Cocculi Fructus. Cocculus Indicus.
Related entry: Picrotoxin
Synonyms.—Cocculus; Levant Berries.
Cocculus indicus is the fruit of Anamirta paniculata, Colebr. (N.O. Menispermaceae), a climbing shrub indigenous to Eastern India and the Malay Archipelago. The fruits are collected when ripe, and dried. The fruit is brownish-black in colour, about 12 millimetres in length, and more or less reniform in shape. The pericarp is hard and rough, and bears on the concave side the scar of the stalk, and also a minute prominence, the remains of the style. The pericarp encloses a single oily, cup-shaped seed, into the hollow of which an ingrowth of the mesocarp and endocarp projects. The fruit has no odour; the seed has a bitter taste.
Constituents.—The chief constituent of cocculus indicus is the bitter, crystalline, poisonous substance, picrotoxin, which occurs in the seed to the extent of 1.0 to 1.5 per cent., associated with a. little cocculin (anamirtin). The seeds also contain about 50 per cent. of fat. In the pericarp of the fruit two tasteless alkaloids, menispermine and paramenispermine have been found.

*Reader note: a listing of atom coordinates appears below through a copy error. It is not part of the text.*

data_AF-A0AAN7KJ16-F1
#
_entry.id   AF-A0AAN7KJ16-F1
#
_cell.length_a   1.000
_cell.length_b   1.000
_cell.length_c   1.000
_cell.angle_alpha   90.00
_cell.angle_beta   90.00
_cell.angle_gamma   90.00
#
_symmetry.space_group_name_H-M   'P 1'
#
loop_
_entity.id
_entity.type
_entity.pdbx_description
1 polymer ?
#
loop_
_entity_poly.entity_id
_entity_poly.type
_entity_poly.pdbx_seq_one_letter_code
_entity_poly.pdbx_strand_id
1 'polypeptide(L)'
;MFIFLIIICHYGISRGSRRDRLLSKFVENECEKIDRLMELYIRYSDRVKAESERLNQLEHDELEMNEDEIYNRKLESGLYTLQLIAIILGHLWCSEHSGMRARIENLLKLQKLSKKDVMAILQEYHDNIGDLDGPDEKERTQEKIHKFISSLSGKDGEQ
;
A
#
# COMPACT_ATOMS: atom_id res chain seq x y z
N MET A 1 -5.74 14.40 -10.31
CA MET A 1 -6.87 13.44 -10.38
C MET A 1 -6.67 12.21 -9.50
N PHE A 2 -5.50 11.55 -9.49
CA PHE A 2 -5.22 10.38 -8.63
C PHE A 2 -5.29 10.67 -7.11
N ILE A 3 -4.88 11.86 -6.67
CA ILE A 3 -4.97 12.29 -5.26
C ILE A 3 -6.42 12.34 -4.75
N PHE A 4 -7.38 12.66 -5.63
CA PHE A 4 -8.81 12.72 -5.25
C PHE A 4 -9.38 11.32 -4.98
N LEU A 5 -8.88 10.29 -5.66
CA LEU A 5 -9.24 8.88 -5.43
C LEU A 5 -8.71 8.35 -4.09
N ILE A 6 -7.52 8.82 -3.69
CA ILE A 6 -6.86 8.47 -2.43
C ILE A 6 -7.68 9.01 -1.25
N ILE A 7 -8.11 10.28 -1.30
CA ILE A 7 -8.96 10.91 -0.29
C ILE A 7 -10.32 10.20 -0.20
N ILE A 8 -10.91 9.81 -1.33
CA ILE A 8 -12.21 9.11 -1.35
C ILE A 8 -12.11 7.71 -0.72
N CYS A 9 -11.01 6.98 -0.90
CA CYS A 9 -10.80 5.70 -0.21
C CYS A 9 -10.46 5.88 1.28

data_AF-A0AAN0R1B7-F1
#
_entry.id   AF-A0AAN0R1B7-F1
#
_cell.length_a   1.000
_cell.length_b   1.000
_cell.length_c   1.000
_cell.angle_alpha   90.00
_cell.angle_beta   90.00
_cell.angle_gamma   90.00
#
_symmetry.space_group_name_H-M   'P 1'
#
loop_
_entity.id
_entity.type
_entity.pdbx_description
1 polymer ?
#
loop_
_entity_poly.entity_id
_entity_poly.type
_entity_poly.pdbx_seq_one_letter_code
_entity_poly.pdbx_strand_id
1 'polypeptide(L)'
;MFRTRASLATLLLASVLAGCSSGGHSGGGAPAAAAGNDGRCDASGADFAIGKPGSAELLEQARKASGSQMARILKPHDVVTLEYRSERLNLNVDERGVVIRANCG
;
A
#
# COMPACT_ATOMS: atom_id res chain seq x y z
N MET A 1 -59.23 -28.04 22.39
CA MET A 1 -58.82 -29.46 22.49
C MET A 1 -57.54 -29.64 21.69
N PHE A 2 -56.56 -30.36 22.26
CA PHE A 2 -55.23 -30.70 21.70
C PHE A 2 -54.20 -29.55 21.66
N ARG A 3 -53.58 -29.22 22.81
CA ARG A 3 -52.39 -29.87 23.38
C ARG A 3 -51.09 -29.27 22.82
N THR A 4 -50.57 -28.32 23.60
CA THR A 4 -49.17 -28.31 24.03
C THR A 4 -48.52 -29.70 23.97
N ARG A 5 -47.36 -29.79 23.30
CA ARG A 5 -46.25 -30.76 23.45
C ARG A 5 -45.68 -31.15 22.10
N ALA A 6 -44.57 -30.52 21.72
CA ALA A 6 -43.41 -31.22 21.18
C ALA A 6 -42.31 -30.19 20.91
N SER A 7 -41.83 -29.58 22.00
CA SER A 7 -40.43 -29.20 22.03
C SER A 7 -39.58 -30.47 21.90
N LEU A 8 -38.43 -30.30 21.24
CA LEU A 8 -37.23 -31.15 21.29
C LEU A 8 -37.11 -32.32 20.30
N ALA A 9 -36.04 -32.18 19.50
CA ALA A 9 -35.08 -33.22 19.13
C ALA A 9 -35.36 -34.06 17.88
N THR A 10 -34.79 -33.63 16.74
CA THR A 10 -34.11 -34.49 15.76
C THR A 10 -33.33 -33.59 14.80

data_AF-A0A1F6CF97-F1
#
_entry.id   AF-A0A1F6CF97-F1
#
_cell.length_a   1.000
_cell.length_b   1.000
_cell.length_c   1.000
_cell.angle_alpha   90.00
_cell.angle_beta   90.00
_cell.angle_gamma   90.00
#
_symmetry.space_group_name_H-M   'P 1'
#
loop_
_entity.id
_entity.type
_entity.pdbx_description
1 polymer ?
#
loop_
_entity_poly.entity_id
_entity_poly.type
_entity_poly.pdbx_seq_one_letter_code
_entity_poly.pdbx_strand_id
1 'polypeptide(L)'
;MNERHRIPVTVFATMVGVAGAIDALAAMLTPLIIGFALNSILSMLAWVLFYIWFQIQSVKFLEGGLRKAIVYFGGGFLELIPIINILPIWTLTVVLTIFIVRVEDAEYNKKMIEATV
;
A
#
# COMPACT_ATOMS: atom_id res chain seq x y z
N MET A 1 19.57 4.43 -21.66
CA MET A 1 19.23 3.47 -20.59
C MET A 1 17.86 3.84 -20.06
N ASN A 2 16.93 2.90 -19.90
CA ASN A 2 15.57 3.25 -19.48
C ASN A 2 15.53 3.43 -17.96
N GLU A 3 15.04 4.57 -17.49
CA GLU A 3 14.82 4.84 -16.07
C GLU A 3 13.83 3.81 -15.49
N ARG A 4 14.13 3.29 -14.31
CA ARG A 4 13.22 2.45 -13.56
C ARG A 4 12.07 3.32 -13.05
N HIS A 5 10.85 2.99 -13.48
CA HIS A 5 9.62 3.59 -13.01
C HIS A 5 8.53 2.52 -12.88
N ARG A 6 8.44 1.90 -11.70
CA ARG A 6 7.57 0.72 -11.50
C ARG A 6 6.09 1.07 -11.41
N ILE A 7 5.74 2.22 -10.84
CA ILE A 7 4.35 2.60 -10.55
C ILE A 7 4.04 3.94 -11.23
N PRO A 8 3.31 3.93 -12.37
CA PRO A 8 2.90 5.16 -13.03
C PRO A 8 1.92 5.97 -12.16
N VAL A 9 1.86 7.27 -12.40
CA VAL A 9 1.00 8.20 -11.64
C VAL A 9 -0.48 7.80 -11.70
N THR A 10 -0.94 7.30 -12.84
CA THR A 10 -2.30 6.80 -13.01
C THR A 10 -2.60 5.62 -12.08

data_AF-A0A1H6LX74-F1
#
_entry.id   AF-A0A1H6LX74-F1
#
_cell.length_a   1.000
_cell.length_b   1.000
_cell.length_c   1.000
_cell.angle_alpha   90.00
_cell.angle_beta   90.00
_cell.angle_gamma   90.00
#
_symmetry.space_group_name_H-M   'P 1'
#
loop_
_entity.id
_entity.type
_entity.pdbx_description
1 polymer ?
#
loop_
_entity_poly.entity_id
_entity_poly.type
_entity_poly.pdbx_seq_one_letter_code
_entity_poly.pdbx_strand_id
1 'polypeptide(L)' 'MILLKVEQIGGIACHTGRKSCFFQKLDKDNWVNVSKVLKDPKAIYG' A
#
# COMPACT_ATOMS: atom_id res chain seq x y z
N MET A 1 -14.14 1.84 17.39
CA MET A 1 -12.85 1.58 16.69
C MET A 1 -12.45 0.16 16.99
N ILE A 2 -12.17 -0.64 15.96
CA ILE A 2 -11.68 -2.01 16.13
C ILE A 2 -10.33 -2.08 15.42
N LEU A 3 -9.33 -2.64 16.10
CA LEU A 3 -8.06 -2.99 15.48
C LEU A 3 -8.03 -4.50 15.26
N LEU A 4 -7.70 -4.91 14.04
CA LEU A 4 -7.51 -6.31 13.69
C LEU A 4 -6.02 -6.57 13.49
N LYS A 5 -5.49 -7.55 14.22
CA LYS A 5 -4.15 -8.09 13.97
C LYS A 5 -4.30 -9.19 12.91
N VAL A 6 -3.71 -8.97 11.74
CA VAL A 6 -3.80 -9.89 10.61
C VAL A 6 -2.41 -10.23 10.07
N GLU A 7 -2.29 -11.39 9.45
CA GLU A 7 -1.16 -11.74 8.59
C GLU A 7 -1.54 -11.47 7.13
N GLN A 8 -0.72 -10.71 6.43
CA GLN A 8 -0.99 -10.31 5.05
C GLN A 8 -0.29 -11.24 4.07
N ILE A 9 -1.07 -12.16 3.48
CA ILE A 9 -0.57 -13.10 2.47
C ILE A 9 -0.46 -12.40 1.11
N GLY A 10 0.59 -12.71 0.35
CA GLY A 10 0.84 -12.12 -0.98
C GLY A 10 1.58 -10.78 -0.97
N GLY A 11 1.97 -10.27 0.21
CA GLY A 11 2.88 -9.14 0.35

Action and Uses.—Cocculus indicus is of importance as the source of picrotoxin. The powdered berries are sometimes used in the form of ointment (1 in 60) for destroying pediculi; a tincture and a liquid extract are also prepared, generally for external use. For most purposes the neutral active principle picrotoxin is preferred to the crude drug. The entire fruits have been used to stupefy fish, being thrown into the water for that purpose.
The British Pharmaceutical Codex, 1911, was published by direction of the Council of the Pharmaceutical Society of Great Britain.